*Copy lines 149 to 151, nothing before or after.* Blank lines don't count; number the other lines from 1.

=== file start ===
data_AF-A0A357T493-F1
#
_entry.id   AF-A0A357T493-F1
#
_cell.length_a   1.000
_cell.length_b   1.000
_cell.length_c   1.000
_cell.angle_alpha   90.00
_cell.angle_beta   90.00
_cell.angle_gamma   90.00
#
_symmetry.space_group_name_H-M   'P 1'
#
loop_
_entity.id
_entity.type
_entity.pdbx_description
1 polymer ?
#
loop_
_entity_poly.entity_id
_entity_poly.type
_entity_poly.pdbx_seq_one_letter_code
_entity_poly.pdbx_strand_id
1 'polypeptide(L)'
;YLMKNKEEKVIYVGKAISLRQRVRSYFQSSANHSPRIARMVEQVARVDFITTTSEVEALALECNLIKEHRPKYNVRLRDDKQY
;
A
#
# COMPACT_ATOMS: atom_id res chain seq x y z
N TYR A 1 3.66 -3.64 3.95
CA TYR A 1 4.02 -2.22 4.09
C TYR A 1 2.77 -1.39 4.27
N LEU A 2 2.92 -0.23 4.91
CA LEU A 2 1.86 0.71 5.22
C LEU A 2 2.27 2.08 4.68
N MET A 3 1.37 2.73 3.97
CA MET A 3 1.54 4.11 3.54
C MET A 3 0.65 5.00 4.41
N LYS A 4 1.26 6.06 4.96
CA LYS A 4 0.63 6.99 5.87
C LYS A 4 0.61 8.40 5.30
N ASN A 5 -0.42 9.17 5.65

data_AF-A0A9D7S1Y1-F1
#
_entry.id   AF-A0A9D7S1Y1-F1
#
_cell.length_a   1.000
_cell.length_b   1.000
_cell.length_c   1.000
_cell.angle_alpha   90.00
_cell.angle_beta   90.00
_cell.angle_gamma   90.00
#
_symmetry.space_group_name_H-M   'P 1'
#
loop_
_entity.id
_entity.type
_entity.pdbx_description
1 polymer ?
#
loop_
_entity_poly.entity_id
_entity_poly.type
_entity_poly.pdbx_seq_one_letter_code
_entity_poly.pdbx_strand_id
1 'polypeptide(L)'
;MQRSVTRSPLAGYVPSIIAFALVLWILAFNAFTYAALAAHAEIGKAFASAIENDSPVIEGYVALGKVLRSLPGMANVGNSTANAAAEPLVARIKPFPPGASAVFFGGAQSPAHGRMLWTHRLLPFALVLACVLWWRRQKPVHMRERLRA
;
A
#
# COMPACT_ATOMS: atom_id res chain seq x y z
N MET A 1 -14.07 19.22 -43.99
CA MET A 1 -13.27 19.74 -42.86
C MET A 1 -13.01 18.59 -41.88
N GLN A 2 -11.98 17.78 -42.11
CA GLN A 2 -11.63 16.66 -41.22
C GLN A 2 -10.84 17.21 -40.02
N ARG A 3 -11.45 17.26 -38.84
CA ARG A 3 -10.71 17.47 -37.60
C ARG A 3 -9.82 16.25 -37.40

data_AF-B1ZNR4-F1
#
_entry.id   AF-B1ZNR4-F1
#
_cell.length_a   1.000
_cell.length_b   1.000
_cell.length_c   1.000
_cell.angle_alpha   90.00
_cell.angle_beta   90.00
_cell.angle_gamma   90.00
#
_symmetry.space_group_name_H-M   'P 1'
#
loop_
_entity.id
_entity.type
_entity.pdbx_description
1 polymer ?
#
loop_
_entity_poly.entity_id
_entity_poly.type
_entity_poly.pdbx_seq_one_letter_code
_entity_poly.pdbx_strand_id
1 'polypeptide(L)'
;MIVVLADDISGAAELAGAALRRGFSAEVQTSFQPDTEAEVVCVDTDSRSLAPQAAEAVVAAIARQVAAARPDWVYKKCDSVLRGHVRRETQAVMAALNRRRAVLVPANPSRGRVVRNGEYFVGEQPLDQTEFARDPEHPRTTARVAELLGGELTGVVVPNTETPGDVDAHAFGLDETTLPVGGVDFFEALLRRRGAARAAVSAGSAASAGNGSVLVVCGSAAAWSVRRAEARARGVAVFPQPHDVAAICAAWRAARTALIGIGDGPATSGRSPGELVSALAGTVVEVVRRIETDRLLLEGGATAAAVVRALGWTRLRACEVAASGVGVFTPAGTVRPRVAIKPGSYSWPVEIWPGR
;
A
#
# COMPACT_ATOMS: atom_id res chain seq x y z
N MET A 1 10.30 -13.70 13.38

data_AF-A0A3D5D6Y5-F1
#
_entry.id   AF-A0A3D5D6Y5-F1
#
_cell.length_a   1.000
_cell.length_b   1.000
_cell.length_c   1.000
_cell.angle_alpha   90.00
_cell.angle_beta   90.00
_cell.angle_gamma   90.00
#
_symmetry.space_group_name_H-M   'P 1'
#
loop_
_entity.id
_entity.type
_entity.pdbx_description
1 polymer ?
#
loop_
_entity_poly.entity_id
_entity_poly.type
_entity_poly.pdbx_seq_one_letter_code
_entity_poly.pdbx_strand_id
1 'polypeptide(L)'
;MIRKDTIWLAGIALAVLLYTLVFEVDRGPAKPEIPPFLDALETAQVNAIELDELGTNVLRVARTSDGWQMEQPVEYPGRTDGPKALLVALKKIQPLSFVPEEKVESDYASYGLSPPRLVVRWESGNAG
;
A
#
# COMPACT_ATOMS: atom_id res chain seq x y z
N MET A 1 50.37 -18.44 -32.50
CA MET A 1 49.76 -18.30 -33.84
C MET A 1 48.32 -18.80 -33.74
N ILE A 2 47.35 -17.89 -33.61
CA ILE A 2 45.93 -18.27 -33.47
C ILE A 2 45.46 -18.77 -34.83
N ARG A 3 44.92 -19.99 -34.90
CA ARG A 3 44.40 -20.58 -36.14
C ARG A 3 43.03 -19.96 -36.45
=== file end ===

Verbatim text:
C ILE A 2 45.46 -18.77 -34.83
N ARG A 3 44.92 -19.99 -34.90
CA ARG A 3 44.40 -20.58 -36.14